Under the PDPA, data controllers and processors are required to adopt appropriate security measures to prevent any data loss or security incident. However, in case of any personal data breach that is likely to result in a risk to the rights and freedoms of persons, the data controller must notify the Office of the Personal Data Protection Committee without delay and where feasible, but within 72 hours, after having become aware of the breach. Where a personal data breach is likely to result in a high risk to the rights and freedoms of data subjects, the controller must inform the affected individual without any delay of the personal data breach along with the remedial measures that can be taken.

Cross-border data transfer:

The law requires that the destination country or international organization that receives personal data from controllers and processors in Thailand have an adequate data protection standard. This requirement may be exempted where any cross-border transfer complies with any law, or the transfer is necessary for the performance of a contract to which the data subject is a party to, or where the consent of data subject has been obtained provided that he or she has been informed of the inadequate protection standards of the destination country.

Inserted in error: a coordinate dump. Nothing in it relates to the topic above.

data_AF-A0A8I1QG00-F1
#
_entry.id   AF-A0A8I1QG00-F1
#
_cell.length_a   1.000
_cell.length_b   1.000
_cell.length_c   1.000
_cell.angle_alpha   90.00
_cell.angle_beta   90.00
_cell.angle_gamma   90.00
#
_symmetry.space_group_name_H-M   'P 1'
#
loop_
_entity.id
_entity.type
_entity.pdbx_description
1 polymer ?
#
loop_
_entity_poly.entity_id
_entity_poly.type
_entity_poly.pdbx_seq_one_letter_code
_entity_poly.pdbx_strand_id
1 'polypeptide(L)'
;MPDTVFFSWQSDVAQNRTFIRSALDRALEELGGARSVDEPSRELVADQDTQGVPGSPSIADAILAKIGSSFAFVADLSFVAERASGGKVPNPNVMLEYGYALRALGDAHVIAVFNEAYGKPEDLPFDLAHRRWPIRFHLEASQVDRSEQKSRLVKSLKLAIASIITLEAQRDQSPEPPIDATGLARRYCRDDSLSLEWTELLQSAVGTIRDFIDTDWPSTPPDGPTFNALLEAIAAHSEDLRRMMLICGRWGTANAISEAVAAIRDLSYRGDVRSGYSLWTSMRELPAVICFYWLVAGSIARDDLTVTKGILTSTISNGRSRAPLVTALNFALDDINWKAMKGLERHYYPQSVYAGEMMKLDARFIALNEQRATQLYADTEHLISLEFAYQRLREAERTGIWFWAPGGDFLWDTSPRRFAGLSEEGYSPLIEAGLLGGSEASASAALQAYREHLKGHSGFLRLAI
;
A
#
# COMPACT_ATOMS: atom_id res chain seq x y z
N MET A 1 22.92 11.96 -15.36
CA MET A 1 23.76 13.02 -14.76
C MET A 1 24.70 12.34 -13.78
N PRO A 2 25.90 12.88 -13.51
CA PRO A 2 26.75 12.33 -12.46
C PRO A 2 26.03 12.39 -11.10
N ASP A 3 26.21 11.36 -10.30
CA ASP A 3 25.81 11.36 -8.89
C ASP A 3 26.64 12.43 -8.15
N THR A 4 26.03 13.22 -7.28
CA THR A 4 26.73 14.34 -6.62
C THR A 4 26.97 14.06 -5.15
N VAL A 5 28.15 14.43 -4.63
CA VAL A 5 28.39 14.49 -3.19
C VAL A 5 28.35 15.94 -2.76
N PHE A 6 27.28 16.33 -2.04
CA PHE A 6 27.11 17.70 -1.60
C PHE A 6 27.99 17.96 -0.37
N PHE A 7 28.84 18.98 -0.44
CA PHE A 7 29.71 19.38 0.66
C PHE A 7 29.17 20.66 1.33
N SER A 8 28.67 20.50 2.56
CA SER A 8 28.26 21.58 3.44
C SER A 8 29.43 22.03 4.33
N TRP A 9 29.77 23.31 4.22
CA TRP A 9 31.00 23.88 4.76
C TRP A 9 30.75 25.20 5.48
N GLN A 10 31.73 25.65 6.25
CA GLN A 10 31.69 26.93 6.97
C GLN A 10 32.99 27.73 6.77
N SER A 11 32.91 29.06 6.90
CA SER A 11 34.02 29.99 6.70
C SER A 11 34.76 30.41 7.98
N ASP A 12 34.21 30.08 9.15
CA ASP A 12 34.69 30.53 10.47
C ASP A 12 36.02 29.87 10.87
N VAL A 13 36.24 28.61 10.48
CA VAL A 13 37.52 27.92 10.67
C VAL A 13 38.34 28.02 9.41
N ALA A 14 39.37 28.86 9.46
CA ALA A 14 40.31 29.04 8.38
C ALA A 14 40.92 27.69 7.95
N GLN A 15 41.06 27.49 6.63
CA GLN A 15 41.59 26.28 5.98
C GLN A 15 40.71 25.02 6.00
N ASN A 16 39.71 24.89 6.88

A violation of the PDPA may result in civil liability, criminal liability and administrative fines. For example, a data controller may be liable to pay compensation to the data subject for the damage suffered by the data subject. The amount of such compensation shall include all necessary expenses incurred by the data subject for the prevention or suppression of damages. Under the PDPA, the maximum penalty that can be awarded is a fine of Baht five million and imprisonment for a term not exceeding one year depending on the type of the violation.

Concluding thoughts:

In light of the recent technological changes and challenges arising out of COVID-19, Thailand’s Personal Data Protection Act is a welcome initiative in the privacy legal landscape. It indicates that governments have started recognizing data privacy as an individual’s basic human right. In today’s era of the digital economy, it is high times that transnational and multinational companies accept data privacy as an individual’s human right and not just as a consumer right and ensure that their privacy policies are fully compliant with applicable laws.

How SECURITI.ai can help?

SECURITI.ai is the leader in AI-powered PrivacyOps and data governance. Similar to DevOps for software, PrivacyOps re-imagines how to efficiently implement privacy management throughout an organization. SECURITI.ai is a recognized innovator in this market, having been awarded "Most Innovative Startup" at RSA Conference 2020, and Leader in the Forrester Wave: Privacy Management Software. SECURITI.ai's PrivacyOps solution uniquely combines real-time data intelligence harnessing bot and AI technology with full workflow automation of all the major privacy compliance functions.